You wouldn’t know it based on this post and the last one, but I’m actually not that into soup. Don’t get me wrong, on a cold day, a nice bowl of soup can really hit the spot. But unlike my husband, who could eat soup every day, I wouldn’t voluntarily make soup on a regular basis. However, this squash soup happens to be really good and really easy, and I never say no when Jay has a special request for dinner.
I was first introduced to Acorn Squash back in the summer by my local CSA. It’s a really pretty looking vegetable, and although I was eager to figure out what to do with it, I was told that the squash got better if it was left in a cool, dark place for a few weeks before using (I don’t know if there’s any truth to that, but who was I to question?).
In order to make this soup, I first had to roast the squash, which is the most time consuming/difficult part of the recipe. Difficult only because you have to slice the squash first, and since it is quite firm when it is raw, it takes some real muscle (read: Jay cut it) to get it into manageable pieces. Preheat the oven to 350, and once you have it cut, place the squash on a baking sheet lined with parchment paper. Spray with a little pam, and stick in the oven until soft, about 25 minutes.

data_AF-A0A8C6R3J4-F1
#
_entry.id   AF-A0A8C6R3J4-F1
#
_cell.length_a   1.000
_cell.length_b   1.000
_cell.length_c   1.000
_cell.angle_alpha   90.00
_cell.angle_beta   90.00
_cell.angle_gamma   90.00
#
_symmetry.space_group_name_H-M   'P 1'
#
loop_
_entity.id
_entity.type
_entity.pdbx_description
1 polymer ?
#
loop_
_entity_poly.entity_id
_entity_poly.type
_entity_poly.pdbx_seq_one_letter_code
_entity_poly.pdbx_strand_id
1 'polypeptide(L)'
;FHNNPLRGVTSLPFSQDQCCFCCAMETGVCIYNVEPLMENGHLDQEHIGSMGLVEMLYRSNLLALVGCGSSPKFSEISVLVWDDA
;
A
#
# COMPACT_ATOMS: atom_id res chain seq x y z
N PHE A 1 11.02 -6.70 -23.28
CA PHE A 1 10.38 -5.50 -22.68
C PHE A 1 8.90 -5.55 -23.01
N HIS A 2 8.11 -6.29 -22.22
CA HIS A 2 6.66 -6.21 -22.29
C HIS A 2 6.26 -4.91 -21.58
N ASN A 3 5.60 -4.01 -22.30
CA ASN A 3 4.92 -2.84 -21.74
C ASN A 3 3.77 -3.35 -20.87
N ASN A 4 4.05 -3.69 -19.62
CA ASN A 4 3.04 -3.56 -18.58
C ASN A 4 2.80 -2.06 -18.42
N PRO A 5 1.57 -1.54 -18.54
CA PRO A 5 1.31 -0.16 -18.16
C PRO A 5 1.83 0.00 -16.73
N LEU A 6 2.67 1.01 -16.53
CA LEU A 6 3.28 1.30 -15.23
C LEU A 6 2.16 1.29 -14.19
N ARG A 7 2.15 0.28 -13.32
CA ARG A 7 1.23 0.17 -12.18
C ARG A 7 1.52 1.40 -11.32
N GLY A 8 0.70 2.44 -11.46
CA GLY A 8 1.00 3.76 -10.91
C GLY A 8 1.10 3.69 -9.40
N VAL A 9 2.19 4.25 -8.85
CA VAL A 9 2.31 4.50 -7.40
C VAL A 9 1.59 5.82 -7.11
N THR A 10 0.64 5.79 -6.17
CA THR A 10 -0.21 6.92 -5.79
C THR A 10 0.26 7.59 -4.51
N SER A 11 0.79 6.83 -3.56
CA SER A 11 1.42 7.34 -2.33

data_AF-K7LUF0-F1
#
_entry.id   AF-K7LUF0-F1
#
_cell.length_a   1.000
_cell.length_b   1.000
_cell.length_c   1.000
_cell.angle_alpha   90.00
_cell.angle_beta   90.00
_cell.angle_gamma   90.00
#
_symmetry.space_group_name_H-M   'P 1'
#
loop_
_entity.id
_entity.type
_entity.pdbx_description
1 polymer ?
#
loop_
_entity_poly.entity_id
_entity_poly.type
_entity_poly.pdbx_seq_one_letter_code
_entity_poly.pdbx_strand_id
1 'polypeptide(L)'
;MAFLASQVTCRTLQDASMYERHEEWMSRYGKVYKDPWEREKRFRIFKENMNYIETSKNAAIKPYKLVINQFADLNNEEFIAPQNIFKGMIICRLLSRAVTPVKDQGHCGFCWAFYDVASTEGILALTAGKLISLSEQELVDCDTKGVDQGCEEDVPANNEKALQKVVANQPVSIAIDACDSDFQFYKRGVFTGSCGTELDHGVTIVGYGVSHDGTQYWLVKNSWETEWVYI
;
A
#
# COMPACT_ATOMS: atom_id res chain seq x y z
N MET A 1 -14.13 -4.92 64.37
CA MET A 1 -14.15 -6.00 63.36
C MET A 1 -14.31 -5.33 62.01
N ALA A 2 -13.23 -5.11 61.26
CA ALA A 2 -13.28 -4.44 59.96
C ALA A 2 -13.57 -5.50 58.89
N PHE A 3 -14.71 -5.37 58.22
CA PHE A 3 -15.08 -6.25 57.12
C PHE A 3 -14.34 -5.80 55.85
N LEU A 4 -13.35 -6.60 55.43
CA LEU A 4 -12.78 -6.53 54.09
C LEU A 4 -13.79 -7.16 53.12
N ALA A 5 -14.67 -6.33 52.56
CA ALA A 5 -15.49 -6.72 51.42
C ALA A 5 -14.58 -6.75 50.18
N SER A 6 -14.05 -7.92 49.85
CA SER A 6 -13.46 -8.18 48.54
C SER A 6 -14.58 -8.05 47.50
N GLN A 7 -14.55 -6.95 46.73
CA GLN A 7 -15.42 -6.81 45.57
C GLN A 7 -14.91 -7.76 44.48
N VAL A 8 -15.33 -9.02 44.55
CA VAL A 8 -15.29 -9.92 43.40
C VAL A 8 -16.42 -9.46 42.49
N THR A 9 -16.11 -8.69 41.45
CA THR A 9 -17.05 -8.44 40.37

Let the squash cool, and in the meantime, dice an onion. Once it has cooled enough that you can touch it, peel/cut the skin off the squash, so that it’s ready to go into the soup, then follow the directions below. Enjoy!
Acorn Squash Soup
2 medium sized acorn squashes
1 tbsp olive oil
1 large onion, diced
1 tbsp minced garlic
10 cups of vegetable or chicken broth
3 tsp each of either fresh or frozen basil, dill and parsley
salt and pepper to taste
- Follow directions above to roast squash. In a large pot, heat olive oil, then add in onions and garlic and sautée until onions are translucent.
- Add in broth, followed by the roasted and peeled squash, and all the spices.
- Bring soup to a boil, then reduce and let sit for about 20 minutes, until squash is really soft and beginning to fall apart.
- Using a hand blender (I used a Cuisinart Smart Stick), purée the soup until a desired consistency is reached.
- Reduce heat to low, and let soup boil out a little bit so that it thickens (usually half an hour to an hour). Season with salt and pepper if needed.